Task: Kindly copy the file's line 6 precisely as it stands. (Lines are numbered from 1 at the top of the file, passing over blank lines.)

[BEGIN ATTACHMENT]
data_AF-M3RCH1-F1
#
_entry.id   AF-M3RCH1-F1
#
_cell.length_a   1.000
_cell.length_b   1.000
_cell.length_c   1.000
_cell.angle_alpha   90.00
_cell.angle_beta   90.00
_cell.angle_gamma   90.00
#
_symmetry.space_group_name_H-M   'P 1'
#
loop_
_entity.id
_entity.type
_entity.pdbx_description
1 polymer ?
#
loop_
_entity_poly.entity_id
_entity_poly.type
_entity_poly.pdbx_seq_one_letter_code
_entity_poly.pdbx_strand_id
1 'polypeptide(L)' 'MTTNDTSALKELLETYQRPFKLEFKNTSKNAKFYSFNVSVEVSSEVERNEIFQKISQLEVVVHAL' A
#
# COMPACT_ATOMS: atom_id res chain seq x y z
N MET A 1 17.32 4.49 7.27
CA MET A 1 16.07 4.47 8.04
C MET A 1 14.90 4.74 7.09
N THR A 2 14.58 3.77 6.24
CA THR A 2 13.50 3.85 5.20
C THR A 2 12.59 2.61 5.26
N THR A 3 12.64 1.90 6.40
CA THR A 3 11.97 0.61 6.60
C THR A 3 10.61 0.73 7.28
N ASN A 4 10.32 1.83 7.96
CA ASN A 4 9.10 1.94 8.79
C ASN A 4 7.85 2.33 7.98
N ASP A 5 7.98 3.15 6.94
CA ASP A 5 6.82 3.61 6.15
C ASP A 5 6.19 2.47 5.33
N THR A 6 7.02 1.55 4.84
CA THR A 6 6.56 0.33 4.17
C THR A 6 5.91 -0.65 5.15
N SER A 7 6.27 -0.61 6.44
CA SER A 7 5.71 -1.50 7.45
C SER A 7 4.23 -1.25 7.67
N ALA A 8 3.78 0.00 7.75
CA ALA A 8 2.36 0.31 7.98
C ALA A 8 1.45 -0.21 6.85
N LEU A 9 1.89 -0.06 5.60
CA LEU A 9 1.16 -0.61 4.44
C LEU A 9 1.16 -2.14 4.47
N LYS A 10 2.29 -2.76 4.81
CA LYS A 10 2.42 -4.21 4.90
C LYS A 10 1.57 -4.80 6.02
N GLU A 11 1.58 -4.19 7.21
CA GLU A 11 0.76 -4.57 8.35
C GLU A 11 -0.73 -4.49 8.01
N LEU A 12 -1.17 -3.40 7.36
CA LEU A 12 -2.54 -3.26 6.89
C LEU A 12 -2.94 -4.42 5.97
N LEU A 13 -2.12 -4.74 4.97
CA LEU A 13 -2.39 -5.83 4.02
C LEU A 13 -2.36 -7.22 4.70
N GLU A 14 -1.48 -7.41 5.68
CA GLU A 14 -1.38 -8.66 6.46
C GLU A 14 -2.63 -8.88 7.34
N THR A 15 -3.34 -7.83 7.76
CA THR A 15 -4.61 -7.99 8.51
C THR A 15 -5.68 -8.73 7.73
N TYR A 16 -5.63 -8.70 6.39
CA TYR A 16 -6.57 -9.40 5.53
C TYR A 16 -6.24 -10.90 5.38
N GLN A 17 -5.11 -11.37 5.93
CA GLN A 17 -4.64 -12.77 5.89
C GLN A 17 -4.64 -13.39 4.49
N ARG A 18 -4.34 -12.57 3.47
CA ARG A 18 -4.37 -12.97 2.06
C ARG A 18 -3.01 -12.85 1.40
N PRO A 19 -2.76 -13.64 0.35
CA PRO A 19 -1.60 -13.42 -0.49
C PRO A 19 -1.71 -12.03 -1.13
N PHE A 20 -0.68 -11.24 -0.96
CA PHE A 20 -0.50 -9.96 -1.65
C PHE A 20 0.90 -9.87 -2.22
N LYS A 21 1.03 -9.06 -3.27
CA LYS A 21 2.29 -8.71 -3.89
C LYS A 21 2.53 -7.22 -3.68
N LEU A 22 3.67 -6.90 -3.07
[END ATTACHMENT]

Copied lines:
_cell.length_b   1.000